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Diabetes has emerged as one of the most common chronic diseases of childhood and adolescence. In order to guide these young people, healthcare providers need to engage them on their own terms, using their own media.
Does it seem as if you are seeing more teenagers and young adults with diabetes? You are. While the obesity epidemic and the resulting surge of type 2 diabetes in adults grab the headlines, younger patients are taking a hit from both types of the disease.
“We are seeing more young people with diabetes, especially type 2 vs. type 1, in my practice,” said community pharmacist Heather Free, PharmD, a diabetes educator in Washington, D.C. “The good news is that we have multiple treatments for both type 1 and type 2. That means that while kids can’t change having diabetes, they can take control of their diabetes. Diabetes doesn’t have to control them.”
The bad news is that diabetes has emerged as one of the most common chronic diseases of childhood and adolescence. While the prevalence of diabetes is lower in young people than in adults - 1.9% of Americans under the age of 20 vs. 9.9% of the total population - trends are troubling.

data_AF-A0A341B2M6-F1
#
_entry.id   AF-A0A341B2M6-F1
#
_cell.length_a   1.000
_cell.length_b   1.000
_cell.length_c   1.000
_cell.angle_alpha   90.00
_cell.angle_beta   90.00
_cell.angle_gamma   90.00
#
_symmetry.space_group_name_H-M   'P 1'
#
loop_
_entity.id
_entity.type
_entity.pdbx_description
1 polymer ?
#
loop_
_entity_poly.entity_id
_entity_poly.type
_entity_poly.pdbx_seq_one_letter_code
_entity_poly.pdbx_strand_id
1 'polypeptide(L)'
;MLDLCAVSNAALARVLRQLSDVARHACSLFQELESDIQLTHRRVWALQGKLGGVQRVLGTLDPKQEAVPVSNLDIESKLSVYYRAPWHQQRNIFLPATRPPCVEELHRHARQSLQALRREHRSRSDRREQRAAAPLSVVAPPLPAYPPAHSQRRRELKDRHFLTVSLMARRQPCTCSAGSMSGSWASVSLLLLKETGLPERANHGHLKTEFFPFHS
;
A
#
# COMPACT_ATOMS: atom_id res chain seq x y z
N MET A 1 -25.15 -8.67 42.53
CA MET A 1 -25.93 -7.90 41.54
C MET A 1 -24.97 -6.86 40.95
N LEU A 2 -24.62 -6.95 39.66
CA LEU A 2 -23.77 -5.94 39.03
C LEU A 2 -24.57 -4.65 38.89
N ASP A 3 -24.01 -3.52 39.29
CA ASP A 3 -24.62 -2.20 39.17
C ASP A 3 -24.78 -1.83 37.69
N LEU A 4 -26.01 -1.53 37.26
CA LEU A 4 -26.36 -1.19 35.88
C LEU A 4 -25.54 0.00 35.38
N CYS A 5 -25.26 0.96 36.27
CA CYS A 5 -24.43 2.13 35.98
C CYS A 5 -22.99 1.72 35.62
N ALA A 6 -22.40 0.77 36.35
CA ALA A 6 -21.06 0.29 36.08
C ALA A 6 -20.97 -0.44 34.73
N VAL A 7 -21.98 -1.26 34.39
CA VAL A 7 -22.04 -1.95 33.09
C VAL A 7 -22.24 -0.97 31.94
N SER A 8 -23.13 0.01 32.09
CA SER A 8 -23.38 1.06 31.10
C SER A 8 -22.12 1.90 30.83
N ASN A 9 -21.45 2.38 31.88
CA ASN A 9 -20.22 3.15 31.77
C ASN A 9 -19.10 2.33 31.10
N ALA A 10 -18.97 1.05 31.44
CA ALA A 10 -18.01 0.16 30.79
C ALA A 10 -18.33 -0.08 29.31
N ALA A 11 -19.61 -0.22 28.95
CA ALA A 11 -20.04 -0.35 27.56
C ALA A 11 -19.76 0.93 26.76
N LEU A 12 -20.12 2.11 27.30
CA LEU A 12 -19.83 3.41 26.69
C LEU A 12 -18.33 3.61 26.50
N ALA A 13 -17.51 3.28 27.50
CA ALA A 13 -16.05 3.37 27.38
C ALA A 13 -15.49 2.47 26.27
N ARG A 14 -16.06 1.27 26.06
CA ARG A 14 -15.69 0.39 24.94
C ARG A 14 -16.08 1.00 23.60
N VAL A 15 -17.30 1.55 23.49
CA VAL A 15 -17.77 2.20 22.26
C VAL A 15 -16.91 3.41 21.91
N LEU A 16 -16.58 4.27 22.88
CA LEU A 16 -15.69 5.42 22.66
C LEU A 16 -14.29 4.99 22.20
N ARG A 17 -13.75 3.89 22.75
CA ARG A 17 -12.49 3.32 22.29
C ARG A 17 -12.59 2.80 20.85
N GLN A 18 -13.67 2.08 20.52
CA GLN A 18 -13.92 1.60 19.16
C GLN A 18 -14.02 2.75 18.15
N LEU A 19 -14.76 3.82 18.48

Between 2001 and 2009, the prevalence of type 1 diabetes in Americans under the age of 20 increased by 23%. The prevalence of type 2 diabetes increased by 21%. The consequences of those increases include shorter, more expensive lives.
People with diabetes seldom die from their disease. They die from complications such as cardiovascular disease and kidney disease while living lives complicated by retinopathy, neuropathy, and circulatory problems that can lead to amputations.
The complications of diabetes are related to the duration of the disease, said certified diabetes educator Sally Gerard, DNP, MS, associate professor of nursing at Fairfield University, Fairfield, Conn.
“The younger you are diagnosed, the longer diabetes affects your life and adds to the cost of healthcare,” she said.